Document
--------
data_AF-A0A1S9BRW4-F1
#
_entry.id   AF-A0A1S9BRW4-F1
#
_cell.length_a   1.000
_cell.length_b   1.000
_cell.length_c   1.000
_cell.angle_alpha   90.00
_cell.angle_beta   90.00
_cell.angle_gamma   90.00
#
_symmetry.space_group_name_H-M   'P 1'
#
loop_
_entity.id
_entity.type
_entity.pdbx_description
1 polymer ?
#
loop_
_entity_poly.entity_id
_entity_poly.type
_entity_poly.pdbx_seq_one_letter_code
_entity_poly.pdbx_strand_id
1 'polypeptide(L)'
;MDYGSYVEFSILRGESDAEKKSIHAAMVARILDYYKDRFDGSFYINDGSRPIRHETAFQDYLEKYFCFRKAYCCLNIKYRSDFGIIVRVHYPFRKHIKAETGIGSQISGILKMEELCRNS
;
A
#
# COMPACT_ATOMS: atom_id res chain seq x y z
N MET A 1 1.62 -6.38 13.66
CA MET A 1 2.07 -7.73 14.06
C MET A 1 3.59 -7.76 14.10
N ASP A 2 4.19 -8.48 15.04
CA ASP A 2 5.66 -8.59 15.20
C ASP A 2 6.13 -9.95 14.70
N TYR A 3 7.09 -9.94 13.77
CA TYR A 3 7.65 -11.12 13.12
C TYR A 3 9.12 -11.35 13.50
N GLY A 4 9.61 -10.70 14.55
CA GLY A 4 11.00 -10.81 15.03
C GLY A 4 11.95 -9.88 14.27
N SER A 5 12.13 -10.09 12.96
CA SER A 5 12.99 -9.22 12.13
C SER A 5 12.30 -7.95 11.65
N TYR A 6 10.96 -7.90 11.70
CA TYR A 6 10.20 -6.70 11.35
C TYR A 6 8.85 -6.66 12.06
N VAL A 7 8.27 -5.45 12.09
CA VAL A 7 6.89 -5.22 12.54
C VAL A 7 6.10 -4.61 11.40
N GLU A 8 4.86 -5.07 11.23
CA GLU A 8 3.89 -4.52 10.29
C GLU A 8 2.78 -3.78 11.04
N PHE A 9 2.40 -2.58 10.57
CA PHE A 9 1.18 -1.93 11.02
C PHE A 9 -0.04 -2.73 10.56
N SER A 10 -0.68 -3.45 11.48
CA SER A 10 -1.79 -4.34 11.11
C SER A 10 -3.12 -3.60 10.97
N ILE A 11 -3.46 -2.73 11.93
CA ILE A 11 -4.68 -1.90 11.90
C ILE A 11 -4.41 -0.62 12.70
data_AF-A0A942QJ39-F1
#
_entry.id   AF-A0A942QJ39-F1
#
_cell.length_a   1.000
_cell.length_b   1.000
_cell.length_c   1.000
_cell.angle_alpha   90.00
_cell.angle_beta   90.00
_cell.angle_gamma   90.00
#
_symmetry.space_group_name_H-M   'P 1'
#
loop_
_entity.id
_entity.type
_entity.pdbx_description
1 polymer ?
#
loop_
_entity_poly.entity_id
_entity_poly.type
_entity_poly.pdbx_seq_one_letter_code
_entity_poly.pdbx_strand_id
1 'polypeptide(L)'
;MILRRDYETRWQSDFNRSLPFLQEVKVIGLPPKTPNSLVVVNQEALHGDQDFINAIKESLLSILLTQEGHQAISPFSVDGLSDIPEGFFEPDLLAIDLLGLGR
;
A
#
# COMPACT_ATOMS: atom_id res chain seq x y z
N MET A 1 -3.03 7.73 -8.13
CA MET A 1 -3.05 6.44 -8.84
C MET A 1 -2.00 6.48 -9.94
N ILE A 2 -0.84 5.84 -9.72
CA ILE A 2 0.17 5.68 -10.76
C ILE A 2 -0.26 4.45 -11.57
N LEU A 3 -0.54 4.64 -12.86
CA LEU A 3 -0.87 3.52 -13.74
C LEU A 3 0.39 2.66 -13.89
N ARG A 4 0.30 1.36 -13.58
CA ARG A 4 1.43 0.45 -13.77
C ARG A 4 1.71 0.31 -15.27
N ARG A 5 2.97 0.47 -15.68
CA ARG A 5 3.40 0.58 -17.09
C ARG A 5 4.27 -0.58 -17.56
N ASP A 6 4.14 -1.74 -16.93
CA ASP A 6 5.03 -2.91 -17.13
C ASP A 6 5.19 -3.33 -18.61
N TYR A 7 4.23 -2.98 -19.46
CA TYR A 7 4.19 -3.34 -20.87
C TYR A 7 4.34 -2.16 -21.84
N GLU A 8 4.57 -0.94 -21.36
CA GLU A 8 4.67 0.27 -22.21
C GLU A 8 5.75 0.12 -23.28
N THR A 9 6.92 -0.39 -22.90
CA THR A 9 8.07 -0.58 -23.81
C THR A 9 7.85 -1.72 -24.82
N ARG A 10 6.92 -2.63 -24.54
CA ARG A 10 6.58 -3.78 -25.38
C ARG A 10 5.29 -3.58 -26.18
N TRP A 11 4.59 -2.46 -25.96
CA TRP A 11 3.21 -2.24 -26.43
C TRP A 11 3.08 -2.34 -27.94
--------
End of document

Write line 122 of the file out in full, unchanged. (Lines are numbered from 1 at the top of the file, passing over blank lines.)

CA ARG A 10 6.58 -3.78 -25.38